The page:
Fundraising flurry after Supreme Court ruling
Romney, Obama use ruling to solicit funds
Both presidential campaigns are citing fund-raising spikes following the Supreme Court's decision upholding President Barack Obama's health care law.
Mitt Romney's organization said Friday morning it had raised $4.6 million online, and Obama's operation, while not revealing specific numbers, said they had surpassed Team Romney's announced total.
The Romney fundraising figure included money from more than 47,000 contributions in the first 24 hours, the candidate's spokeswoman Andrea Saul said.
Obama's campaign wouldn't reveal specific fund-raising numbers when asked, saying Friday their opponent's hour-by-hour updates were "perverse." They did assert, however, that their donations surpassed the Romney effort.
"It's perverse that Mitt Romney won't share details about what he'd do for the millions he'd leave uninsured or at the whims of insurance companies when he 'kills Obamacare dead,' but he'll share the hourly details of his fundraising after the Supreme Court ruling," Obama campaign press secretary Ben LaBolt wrote. "We've outraised the Romney campaign in that time period but that's not the point - our supporters are more committed than ever to ensuring that insurance companies can't drop coverage for people who get sick or discriminate against people with preexisting conditions by reelecting the President."
They Romney campaign's Friday announcement marked a significant jump from Thursday night, when the campaign reported pulling in $3.2 million from 26,000 contributors.
Both Romney and Obama used Thursday's Supreme Court ruling on health care to solicit funds from donors, each spinning the landmark decision as an appeal for campaign cash.
Romney's campaign changed the homepage of their website to reflect the court's decision, writing "Obamacare Upheld: Elections have consequences" over a photo of the Republican candidate. Underneath the image was a large red "DONATE" button.
The campaign also emailed and sent text messages to supporters asking for campaign contributions. In one, Romney wrote: "Our basic liberties are at stake - and I will fight to restore our freedoms, renew the respect for our Constitution, and halt the government takeover of health care. This November it's all on the line. The stakes couldn't be higher. Donate $10 or more to put a stop to the policies of Barack Obama and the liberal Democrats."
A text message from Romney read: "If we want to get rid of Obamacare, we're going to have to replace President Obama."
The Romney campaign said earlier this month it had raised $76 million in May along with Romney Victory, a joint fund-raising effort with the Republican National Committee. That averages about $2.5 million per day, though the bulk of the organization's May fund-raising came at large donor events, not from small supporters, as happened Thursday.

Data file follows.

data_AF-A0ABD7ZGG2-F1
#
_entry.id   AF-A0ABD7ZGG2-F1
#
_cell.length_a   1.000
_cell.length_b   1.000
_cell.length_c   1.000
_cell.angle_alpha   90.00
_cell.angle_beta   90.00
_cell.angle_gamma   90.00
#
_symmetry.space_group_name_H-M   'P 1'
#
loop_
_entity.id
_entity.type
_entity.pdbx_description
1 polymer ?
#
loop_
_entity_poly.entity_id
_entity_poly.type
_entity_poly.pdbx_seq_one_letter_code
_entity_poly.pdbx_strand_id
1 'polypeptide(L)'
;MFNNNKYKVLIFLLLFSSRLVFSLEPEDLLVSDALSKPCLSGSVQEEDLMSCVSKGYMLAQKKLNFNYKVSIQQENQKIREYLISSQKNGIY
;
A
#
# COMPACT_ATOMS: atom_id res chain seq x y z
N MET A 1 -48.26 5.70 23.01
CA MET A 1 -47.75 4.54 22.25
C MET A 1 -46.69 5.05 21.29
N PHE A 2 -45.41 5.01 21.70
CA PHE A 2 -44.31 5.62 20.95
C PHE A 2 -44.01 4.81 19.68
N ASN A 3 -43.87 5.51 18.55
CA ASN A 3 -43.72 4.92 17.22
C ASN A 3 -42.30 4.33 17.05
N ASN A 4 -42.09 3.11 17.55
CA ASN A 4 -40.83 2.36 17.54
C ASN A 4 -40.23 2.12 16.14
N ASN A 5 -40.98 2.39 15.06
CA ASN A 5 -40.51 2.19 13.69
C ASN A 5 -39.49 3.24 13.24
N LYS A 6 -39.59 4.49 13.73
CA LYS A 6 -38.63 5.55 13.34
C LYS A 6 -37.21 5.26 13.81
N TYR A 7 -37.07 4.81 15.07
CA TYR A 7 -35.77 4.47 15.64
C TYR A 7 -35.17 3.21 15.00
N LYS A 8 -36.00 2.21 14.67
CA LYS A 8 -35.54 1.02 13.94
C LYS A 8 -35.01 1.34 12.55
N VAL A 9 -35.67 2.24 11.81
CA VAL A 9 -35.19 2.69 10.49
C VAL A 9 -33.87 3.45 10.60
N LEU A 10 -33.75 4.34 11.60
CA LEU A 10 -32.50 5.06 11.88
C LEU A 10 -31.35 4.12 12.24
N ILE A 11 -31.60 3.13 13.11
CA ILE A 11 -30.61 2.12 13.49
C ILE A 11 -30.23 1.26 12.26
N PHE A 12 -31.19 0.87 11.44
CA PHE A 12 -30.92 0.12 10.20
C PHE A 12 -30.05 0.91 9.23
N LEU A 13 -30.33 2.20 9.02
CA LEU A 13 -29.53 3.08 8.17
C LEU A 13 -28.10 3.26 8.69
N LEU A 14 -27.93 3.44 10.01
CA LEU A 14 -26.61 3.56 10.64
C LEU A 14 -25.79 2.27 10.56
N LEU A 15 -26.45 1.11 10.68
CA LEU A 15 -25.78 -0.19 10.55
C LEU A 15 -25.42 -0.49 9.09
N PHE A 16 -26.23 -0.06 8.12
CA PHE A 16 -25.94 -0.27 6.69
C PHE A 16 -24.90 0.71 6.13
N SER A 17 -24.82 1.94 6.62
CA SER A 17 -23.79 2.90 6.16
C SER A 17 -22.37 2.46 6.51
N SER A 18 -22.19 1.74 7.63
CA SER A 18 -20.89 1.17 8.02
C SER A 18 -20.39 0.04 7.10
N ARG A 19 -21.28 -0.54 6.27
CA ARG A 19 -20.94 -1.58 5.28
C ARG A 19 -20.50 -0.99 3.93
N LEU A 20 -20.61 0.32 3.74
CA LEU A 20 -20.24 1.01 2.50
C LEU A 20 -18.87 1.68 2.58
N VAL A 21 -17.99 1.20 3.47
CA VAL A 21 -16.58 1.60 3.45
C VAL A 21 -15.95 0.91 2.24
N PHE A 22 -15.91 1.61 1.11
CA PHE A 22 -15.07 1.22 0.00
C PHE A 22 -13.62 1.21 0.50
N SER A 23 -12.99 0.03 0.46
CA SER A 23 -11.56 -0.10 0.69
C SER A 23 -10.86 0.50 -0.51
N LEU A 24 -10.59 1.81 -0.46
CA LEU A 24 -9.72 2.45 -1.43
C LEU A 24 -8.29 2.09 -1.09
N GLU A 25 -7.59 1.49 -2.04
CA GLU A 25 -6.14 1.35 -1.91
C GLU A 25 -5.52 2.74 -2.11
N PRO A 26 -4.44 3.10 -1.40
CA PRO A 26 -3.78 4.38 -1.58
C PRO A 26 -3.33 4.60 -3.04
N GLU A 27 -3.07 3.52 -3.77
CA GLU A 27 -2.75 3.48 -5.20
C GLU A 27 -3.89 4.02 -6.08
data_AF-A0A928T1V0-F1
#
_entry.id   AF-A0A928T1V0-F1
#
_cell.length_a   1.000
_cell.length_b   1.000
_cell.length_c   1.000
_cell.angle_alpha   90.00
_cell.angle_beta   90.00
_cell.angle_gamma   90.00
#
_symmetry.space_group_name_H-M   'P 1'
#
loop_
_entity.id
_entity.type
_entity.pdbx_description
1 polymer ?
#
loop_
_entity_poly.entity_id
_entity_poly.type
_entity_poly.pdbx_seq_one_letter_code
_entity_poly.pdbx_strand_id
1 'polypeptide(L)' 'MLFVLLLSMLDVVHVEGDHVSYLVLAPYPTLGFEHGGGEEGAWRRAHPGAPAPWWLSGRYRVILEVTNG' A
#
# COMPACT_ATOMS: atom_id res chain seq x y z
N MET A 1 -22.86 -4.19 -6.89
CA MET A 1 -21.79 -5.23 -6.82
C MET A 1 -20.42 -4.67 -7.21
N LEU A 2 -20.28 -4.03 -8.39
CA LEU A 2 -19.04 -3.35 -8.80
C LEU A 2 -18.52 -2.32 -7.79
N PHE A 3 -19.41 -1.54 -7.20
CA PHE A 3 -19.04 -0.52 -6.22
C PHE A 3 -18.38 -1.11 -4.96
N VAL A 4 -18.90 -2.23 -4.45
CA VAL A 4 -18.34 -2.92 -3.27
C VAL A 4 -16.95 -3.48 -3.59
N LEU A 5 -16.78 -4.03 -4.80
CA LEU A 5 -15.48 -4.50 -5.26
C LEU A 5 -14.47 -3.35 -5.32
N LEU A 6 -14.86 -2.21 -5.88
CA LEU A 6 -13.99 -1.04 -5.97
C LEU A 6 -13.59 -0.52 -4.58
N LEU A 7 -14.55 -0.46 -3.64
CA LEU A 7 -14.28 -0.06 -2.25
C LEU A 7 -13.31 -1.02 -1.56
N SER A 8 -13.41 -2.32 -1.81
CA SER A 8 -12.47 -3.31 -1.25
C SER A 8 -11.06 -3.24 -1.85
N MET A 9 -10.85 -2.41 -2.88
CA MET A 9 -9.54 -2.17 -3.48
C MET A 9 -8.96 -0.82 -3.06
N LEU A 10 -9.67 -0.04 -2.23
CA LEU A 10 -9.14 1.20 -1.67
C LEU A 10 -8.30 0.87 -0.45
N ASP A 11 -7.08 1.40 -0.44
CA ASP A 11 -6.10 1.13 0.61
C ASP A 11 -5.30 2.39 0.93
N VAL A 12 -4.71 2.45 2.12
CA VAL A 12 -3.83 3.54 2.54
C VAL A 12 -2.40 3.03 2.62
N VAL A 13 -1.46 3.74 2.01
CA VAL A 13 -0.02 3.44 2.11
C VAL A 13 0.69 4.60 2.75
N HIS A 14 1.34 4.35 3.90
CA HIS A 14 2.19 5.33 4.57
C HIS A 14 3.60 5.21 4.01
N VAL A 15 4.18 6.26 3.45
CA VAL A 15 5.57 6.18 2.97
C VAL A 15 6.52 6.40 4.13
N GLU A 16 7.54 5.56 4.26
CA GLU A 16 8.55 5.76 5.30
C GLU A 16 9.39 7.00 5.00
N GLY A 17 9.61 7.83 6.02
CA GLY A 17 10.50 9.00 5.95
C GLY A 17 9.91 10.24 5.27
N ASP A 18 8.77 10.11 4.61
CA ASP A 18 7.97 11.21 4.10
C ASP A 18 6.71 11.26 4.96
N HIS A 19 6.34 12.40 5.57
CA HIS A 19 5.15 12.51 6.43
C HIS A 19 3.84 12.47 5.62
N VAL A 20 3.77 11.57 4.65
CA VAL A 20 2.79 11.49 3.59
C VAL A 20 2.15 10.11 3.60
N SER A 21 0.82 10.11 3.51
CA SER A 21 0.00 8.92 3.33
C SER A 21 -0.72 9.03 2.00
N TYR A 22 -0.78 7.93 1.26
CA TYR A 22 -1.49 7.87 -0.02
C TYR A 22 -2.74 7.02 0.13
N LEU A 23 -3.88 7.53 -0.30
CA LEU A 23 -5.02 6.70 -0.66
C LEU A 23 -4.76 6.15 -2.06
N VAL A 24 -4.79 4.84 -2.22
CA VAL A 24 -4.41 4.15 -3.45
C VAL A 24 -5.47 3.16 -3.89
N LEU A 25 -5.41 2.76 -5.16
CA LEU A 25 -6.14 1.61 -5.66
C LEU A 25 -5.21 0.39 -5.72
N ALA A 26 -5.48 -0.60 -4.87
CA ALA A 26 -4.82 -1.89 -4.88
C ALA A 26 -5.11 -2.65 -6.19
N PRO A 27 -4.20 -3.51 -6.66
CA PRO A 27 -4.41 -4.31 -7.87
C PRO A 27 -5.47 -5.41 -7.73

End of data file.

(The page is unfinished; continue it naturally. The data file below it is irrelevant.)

Donations to the Romney Victory Fund are divided between Romney's campaign, the Republican National Committee, and several state Republican parties.
Earlier in the day, Romney campaign spokeswoman Andrea Saul noted the uptick in donations, marking on Twitter when the campaign hit the $100,000 mark minutes after the ruling was handed down.
Democrats also jumped in on the fund-raising action Thursday, following up the court's decisions with emails to supporters applauding the ruling.
Rep. Steve Israel, chairman of the Democratic Congressional Campaign Committee, wrote in his appeal: "Republicans threw everything they had at us, and they lost. With you standing with us, we can carry this momentum into November and win a Democratic majority to keep making progress. Please donate $3 or whatever you can right now."
Obama's campaign manager Jim Messina sent out a fund-raising pitch late Thursday night with the subject line: "Let's win the damn election." In the e-mail, Messina stressed a need to keep Obama in office.
"It's been a good day. But this is a three-step process: 1. Pass historic health care reform. Check. 2. Get affirmation from the highest court in the country. Check," he wrote. "Step three? Win the damn election."
Obama himself sent an email to supporters, though it only asked recipients to add their name to his supporter database rather than solicit funds.
"While the Supreme Court's decision should put to rest the debate over health care, Mitt Romney and the Republicans in Congress just can't take yes for an answer," Obama wrote. "My opponent said a short while ago that the first thing he would try to do as president is repeal the health care law. We can't allow that to happen. So we have to win this election."
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